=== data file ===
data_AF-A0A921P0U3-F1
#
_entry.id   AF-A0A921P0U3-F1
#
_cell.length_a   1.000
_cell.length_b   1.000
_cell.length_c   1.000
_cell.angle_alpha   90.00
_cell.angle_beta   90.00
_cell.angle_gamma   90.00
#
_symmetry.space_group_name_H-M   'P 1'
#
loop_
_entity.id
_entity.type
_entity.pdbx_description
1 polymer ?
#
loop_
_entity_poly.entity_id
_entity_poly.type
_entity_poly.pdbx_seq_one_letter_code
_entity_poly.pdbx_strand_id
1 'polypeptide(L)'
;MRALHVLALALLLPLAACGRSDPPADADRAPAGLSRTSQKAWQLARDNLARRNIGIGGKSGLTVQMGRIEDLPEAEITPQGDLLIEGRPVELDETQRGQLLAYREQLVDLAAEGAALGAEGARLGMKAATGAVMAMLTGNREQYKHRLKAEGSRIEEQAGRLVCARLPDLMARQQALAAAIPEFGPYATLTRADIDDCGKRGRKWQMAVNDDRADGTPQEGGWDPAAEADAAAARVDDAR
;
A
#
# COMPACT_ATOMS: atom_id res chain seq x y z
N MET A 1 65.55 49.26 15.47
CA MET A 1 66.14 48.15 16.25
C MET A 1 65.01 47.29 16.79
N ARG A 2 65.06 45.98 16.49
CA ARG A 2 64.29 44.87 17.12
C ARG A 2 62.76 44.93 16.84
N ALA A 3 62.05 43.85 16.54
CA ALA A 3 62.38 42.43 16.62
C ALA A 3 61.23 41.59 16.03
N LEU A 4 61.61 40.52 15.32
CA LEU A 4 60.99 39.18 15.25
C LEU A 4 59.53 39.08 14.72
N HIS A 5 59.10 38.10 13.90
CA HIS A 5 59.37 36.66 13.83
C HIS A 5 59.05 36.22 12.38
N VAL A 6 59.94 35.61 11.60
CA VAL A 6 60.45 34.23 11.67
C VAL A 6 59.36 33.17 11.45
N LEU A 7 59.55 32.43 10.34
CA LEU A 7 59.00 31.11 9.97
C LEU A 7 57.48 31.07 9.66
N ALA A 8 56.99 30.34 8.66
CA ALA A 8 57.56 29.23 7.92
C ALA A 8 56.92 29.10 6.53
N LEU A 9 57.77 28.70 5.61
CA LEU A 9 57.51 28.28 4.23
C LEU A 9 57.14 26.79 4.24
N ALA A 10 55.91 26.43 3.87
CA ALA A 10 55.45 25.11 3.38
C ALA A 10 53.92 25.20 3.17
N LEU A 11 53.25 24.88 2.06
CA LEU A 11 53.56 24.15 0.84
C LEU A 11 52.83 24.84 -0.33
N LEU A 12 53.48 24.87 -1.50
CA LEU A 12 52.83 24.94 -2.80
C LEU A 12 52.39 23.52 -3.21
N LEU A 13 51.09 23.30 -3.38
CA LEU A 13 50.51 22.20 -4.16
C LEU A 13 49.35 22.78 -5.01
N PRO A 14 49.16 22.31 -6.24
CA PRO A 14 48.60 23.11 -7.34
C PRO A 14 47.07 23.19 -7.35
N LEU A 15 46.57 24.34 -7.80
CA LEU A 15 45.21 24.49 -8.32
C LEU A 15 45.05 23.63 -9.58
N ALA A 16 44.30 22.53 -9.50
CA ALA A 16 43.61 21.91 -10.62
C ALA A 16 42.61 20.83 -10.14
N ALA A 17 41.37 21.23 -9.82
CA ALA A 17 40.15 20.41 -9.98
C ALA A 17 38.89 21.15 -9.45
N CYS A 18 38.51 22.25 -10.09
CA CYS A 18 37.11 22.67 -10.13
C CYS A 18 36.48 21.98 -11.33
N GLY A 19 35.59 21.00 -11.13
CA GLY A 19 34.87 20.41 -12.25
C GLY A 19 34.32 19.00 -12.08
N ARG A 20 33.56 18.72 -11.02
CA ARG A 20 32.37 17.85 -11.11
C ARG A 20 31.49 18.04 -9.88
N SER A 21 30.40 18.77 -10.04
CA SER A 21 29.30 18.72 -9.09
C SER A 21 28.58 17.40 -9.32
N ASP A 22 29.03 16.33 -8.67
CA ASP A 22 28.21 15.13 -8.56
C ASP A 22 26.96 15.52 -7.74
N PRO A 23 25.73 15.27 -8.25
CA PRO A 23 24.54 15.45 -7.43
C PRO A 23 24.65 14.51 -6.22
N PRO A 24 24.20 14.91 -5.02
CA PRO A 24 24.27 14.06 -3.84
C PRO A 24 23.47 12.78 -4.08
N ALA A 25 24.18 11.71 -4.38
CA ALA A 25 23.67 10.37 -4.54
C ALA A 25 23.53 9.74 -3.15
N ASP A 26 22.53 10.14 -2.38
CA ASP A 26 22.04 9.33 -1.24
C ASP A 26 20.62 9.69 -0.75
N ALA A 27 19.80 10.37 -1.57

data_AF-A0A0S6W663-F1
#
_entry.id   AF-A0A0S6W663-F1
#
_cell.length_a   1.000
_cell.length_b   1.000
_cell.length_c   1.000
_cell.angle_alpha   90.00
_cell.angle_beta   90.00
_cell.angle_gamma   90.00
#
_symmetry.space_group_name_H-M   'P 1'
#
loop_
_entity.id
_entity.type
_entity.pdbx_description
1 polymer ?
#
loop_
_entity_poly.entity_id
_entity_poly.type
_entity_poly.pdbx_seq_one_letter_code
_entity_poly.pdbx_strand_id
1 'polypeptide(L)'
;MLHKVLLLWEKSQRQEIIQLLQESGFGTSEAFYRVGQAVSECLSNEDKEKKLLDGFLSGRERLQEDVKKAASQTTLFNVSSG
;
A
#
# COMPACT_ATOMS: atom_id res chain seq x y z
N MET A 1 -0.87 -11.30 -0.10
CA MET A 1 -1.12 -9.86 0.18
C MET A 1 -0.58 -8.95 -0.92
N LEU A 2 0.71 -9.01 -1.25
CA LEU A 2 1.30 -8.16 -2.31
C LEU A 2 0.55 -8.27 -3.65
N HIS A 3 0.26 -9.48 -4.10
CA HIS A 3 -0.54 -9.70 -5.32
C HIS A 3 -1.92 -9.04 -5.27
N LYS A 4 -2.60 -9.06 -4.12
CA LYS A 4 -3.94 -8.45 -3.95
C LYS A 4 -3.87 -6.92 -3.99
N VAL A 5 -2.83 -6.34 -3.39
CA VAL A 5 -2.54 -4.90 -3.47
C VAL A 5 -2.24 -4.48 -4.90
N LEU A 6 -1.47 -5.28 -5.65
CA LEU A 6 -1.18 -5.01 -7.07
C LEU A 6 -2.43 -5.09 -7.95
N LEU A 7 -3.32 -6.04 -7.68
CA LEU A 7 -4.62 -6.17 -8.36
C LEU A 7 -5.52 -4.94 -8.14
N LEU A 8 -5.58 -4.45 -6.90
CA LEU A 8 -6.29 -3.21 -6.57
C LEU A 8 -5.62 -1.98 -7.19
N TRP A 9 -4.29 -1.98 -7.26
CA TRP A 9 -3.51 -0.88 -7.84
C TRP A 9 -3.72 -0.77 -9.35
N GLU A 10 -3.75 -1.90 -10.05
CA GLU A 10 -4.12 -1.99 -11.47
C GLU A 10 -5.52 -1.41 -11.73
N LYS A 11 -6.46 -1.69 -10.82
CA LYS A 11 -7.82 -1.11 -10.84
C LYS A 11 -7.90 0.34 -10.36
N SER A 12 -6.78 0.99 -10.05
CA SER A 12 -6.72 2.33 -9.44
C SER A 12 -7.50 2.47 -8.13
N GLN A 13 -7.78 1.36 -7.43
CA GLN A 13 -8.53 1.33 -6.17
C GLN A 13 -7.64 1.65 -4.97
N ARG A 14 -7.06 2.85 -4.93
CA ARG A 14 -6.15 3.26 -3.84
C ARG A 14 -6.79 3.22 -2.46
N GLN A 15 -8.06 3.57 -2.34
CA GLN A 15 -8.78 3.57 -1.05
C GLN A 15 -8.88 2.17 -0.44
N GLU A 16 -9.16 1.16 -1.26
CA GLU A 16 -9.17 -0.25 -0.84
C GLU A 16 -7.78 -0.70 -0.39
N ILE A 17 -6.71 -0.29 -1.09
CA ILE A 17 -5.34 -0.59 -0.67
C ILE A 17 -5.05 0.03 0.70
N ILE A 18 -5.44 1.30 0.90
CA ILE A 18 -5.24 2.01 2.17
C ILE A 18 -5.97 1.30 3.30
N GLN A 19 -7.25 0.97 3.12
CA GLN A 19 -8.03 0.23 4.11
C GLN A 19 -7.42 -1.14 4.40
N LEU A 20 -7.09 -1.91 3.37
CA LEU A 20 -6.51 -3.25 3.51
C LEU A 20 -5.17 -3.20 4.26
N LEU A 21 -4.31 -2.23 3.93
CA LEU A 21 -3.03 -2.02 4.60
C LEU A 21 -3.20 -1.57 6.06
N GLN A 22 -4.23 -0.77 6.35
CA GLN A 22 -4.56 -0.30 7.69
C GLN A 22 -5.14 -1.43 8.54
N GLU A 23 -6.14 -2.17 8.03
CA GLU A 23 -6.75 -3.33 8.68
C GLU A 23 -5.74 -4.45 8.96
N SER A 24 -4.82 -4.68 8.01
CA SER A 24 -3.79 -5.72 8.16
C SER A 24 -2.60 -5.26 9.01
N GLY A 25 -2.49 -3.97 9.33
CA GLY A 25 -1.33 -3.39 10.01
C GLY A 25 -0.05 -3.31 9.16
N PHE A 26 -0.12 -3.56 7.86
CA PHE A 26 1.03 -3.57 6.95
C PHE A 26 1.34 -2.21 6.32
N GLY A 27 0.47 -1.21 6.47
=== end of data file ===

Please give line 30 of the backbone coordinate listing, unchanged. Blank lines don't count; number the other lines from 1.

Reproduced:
# COMPACT_ATOMS: atom_id res chain seq x y z